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Wells Cathedral

Whit Sunday came to us with rays of sunshine, clear blue skies and finally a summer breeze. We celebrated the story of the Holy Spirit and the creation of the fulfilment of the Trinity through our choral evensong as the four small village churches that make up our rural benefice came together in fellowship.

Whilst getting ready for our morning Eucharist, I heard a reading of Philip Larkin’s compelling poem Church Going on BBC Radio 4.  Curious, I wondered how it might fit in with the theme of Pentecost. During the preparation for evensong, ‘someone’ forgot to supply the choristers with the Book of Common Prayer. After singing our introit, there was uneasy ‘spirit’ rustling through the quire stalls as our vicar announced which page to turn to next for the prayers. As Zen and the Art of Motorcycle Maintenance had been one of my extra-curricular studies at uni 30 years ago, I quietly crept from my creaky wooden perch in the quire and attempted to walk invisibly down a side aisle beyond the prayerful towards the back of the nave, where I had earlier noticed the BCP’s were stored in a Sainsbury’s shopping bag. Our vicar had collected some extras as he went about his Eucharist round with the village churches that morning, in anticipation of an overflow crowd. (There’s always hope!)

I did not grow up with the BCP as a part of my church tradition. Although I have grown to love it, I have yet to commit it to memory as many of my fellow choristers have. Sensing a ‘spirit of unrest’ descend upon them as well, I made sure to grab an armload of these small treasures in faded blues and reds to slip to them surreptitiously and as quietly as possible when I found my way back to the quire. After I sat down and readied for the next bit of worshipful thought I had a sinking feeling the choristers around me who grew up reciting the BCP in their dreams might take offense. But I noted they all balanced the little book between pages of music and Psalter using it to guide them through the beautiful intricacies of our liturgical offering. Quiet peace was flowing through the quire once again.

Why all this fuss? Because I, a believer, hate to feel ‘cut off’ when worshipping. I need at least a few comforts of familiarity to guide me closer into God’s presence. I am already living in a land where very few of the hymns sung are those I grew up with. I am blest indeed to have the Lord introduce me to a variety of tunes and lyrics – in hymnals and Psalters – that have given Him such pleasure, honour and glory through the ages. There is a feeling of alienation when I cannot read the notes I am meant to sing or mouth the messages of lyrics I am expected to share when in fellowship with other believers. I want to know the moment I come to the altar the weave and wonders of the liturgy on offer.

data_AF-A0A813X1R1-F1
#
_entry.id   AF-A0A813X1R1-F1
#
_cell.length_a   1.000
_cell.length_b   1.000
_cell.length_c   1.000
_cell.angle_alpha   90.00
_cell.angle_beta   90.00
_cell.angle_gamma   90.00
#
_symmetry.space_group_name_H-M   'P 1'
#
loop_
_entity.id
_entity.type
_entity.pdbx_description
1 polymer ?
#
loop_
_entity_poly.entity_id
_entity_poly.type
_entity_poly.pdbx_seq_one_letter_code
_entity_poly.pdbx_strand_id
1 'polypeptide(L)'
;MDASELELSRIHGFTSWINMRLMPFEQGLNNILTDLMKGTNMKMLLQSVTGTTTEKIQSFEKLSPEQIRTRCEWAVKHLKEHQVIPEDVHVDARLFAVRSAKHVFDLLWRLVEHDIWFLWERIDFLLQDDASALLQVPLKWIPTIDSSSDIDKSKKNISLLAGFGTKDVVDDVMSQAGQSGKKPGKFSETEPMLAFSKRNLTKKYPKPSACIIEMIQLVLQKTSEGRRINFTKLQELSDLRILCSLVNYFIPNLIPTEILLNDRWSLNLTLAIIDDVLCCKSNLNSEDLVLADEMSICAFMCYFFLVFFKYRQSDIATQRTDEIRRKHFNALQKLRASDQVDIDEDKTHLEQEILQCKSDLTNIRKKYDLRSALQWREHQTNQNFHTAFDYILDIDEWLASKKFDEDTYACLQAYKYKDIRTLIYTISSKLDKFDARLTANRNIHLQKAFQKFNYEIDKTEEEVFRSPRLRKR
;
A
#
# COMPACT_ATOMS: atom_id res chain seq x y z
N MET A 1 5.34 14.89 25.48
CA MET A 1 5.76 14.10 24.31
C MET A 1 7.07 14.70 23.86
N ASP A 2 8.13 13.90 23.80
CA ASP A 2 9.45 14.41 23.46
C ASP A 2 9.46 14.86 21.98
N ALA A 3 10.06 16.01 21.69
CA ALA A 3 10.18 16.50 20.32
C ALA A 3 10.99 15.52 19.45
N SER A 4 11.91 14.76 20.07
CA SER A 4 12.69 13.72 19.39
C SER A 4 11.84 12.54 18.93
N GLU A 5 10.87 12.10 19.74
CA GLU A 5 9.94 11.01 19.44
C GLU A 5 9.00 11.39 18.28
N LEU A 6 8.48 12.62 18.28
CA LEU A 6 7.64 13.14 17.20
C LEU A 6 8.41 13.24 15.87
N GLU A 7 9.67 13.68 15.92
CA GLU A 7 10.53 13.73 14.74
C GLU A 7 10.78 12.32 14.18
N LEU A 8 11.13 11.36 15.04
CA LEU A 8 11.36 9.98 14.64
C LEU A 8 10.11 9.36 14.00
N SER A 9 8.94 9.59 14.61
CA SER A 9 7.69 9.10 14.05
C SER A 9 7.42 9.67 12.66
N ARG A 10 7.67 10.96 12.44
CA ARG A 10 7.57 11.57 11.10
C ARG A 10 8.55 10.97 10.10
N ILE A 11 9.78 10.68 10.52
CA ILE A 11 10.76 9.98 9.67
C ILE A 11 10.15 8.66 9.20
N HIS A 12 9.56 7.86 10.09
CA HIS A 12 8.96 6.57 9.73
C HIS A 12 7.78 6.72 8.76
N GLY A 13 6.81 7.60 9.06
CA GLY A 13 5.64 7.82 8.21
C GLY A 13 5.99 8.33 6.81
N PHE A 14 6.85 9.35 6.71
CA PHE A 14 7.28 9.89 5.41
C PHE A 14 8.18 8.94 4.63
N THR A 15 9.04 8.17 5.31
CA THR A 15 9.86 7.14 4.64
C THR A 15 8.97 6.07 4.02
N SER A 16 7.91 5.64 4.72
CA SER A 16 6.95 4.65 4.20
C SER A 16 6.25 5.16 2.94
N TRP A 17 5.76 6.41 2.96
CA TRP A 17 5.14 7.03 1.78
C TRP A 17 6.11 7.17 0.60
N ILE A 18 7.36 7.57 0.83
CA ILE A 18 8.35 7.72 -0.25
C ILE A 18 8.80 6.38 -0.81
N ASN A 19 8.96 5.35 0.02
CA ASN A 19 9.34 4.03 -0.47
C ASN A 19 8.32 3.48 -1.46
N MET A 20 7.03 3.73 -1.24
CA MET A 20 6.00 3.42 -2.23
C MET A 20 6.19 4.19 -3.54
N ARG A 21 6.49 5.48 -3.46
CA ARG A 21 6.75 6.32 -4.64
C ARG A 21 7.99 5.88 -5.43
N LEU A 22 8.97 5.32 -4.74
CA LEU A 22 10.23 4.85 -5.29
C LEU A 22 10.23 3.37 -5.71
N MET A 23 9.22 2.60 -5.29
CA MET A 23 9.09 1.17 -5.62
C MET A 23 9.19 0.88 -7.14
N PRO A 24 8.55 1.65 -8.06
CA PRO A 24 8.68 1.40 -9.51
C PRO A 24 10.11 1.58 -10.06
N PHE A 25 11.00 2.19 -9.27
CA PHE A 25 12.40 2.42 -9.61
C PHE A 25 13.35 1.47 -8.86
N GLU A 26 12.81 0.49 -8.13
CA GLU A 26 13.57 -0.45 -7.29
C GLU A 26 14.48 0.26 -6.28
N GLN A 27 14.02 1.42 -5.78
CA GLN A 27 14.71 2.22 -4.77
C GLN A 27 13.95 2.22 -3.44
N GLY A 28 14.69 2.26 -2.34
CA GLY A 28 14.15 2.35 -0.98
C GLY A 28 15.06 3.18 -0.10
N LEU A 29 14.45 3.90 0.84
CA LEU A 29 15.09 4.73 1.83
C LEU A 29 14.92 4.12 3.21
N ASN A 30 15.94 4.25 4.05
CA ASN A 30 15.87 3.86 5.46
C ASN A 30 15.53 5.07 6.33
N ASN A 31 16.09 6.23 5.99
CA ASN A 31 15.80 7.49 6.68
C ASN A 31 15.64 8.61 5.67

Ah! So this is how a poem of Larkin’s would add to my worship thoughts. Imagine the nonbeliever or agnostic such as Larkin or some of my dearest friends, drawn into a sacred space and met with structures not familiar to their lives. As a believer I have no doubt that an agnostic’s ambivalence towards religions’ own pomposity can be stirred by a fresh breath from God. As for the indwelling and benefits of the Holy Spirit there is an air of je ne sais quoi even for the believer.

 

 

CHURCH GOING

Philip Larkin

Once I am sure there’s nothing going on
I step inside, letting the door thud shut.
Another church: matting, seats, and stone,
And little books; sprawlings of flowers, cut
For Sunday, brownish now; some brass and stuff
Up at the holy end; the small neat organ;
And a tense, musty, unignorable silence,
Brewed God knows how long. Hatless, I take off
My cycle-clips in awkward reverence,

Move forward, run my hand around the font.
From where I stand, the roof looks almost new-
Cleaned or restored? Someone would know: I don’t.
Mounting the lectern, I peruse a few
Hectoring large-scale verses, and pronounce
“Here endeth” much more loudly than I’d meant.
The echoes snigger briefly. Back at the door
I sign the book, donate an Irish sixpence,
Reflect the place was not worth stopping for.

Yet stop I did: in fact I often do,
And always end much at a loss like this,
Wondering what to look for; wondering, too,
When churches fall completely out of use
What we shall turn them into, if we shall keep
A few cathedrals chronically on show,
Their parchment, plate, and pyx in locked cases,
And let the rest rent-free to rain and sheep.
Shall we avoid them as unlucky places?

Or, after dark, will dubious women come
To make their children touch a particular stone;
Pick simples for a cancer; or on some
Advised night see walking a dead one?
Power of some sort or other will go on
In games, in riddles, seemingly at random;
But superstition, like belief, must die,
And what remains when disbelief has gone?
Grass, weedy pavement, brambles, buttress, sky,

A shape less recognizable each week,
A purpose more obscure. I wonder who
Will be the last, the very last, to seek
This place for what it was; one of the crew